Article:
Imagine that you have set your life course, made healthy choices, found your life partner, had a family, and have seen them on their way. Next comes the time to think about your future with your partner: how you will provide for yourselves going forward, the planning of trips, paying off those big bills and helping your children with their educations. Then, out of the blue, your partner is diagnosed with a serious illness.
This is just a snippet of my story of appreciation—of life, of my partner, of my health and my children’s health—and how to keep going forward knowing that things can change in an instant. This is a new part of my life now; my role as a caregiver.
Many of us don’t think something like this will ever happen to us (or we don’t want to think about it), but we do not choose our future and we must use our resources to gather the strength to move forward. There are so many thoughts that enter your mind when faced with life changing events, and they usually arrive in the middle of the night. When you are an advocate for your partner, your days are filled with helping navigate through the information overload around treatments, medications, financial issues, hospital visits, choices of care, and questions about the possible length of time you have to share together. These are just some of the challenges that I deal with on a daily basis, but when I feel overwhelmed, I reach out to people and organizations I know have the knowledge, understanding, or compassion to help.
Who am I, you ask? I am your friend, neighbour, co-worker, sister or brother. I am just one of many out there who share the same challenges and want to let you know you are not alone. At the same time, I am the friend, neighbour or co-worker of someone you know dealing with these challenges.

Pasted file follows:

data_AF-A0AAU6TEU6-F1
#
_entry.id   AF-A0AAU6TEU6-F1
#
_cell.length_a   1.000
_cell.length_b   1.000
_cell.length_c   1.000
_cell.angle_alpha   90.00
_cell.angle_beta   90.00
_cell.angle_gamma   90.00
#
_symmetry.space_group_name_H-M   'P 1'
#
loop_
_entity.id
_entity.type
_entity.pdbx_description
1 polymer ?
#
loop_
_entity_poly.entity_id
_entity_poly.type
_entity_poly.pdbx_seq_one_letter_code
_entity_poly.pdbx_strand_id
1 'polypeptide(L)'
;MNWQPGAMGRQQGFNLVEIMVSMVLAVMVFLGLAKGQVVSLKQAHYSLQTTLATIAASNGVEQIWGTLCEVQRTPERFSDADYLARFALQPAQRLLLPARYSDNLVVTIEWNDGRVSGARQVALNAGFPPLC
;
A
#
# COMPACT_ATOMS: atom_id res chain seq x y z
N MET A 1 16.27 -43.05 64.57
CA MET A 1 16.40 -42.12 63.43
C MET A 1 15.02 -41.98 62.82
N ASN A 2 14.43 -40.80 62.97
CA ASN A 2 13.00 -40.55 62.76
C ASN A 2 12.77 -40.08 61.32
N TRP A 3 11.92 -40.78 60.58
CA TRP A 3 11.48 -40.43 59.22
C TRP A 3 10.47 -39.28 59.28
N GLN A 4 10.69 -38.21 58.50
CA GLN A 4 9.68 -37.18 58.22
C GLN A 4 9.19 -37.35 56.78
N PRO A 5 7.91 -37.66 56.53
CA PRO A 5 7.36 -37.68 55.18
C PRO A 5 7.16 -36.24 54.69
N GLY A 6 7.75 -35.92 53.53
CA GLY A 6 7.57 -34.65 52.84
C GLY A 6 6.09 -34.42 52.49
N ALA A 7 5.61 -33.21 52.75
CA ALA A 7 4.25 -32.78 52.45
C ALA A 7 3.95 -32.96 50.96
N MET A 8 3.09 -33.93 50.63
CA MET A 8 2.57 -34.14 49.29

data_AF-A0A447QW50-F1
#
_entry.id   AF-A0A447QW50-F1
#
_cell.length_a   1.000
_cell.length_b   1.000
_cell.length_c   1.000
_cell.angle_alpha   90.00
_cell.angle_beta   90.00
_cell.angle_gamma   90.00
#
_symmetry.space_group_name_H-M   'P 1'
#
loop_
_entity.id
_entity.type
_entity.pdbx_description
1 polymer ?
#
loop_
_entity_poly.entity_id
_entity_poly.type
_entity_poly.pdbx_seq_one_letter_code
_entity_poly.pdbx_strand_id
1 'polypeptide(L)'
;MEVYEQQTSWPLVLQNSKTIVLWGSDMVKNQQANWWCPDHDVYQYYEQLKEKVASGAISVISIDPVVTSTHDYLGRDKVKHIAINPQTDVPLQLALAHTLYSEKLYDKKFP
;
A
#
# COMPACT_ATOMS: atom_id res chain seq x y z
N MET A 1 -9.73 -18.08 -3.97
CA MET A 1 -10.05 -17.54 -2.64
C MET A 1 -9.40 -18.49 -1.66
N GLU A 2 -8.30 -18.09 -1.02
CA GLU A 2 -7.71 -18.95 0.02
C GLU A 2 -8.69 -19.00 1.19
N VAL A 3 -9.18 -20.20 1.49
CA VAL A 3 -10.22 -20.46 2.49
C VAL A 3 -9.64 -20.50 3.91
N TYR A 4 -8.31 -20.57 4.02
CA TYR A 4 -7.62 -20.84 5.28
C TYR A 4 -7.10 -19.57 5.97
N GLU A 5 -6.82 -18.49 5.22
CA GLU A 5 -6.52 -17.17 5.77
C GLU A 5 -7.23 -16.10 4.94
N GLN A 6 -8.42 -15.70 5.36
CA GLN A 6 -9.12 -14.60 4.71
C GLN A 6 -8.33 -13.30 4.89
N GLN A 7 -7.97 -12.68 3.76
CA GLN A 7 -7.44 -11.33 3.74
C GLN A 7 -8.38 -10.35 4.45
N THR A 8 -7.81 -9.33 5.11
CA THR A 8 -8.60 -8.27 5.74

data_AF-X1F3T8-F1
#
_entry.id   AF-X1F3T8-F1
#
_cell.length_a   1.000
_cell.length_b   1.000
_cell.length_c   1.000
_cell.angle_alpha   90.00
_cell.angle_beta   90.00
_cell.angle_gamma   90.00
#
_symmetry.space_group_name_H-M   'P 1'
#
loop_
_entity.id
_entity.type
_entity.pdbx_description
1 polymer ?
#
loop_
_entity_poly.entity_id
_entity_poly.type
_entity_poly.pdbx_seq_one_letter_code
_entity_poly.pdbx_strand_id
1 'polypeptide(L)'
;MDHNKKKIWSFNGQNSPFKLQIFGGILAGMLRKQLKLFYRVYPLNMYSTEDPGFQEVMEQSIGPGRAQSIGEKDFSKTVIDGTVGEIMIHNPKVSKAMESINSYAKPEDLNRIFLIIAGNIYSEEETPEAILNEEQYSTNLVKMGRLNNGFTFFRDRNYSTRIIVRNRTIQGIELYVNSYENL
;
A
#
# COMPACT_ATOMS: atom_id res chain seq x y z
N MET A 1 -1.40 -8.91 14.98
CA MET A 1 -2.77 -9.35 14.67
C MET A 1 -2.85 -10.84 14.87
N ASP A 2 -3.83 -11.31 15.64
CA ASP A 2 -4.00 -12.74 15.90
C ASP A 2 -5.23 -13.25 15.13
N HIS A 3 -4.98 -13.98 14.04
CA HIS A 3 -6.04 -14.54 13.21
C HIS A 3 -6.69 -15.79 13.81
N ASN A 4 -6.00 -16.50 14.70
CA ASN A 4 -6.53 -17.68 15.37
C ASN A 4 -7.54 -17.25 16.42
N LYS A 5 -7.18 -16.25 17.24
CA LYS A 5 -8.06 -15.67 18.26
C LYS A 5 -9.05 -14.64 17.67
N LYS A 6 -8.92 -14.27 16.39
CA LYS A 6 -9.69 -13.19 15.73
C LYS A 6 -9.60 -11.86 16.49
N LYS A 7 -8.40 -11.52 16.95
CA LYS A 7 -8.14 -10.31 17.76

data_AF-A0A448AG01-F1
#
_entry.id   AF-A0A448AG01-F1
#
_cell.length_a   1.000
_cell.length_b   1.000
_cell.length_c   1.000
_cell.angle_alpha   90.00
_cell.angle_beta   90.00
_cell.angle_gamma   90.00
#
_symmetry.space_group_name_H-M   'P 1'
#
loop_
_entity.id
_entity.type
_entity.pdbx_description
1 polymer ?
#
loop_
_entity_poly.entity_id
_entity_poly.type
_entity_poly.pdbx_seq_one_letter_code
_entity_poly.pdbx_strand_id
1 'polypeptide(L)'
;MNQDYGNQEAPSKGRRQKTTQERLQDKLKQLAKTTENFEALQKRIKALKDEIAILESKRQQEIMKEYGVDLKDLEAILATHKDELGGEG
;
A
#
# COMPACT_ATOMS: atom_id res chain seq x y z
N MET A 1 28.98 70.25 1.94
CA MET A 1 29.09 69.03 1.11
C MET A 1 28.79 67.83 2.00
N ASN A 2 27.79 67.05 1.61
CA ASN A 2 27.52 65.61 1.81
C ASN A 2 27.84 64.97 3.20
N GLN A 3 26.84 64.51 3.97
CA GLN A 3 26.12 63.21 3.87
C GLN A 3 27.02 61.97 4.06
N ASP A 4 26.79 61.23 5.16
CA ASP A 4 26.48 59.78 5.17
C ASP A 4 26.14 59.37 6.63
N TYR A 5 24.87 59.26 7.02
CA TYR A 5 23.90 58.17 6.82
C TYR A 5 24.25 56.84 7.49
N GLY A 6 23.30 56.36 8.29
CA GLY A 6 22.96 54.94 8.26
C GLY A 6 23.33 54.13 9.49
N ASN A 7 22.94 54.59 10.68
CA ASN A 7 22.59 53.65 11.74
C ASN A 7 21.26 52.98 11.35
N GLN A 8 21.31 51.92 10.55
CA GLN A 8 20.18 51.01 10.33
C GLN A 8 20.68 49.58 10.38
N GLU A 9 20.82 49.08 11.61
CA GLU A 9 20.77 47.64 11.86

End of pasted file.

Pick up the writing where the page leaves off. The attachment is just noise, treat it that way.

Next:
Which brings me to the simple pleasures of life we must enjoy now–lighting that candle when the power goes out, playing cards with family, or taking in a movie with my partner. Cooking delicious meals and enjoying them together or with family and friends is another favoured event. Providing a caregiver a meal, a visit or a simple phone call to let them know you are thinking of them can make a world of difference. There are so many small things you can do or receive to make this difficult time manageable.
The caregiver must also look after themselves, as I have recently discovered. As much as you think you have it all in hand, another curve ball may be thrown your way and you have to make choices for your own health as well… but these are just some of the many challenges of life, as change is constant… and life is good.
Written by anonymous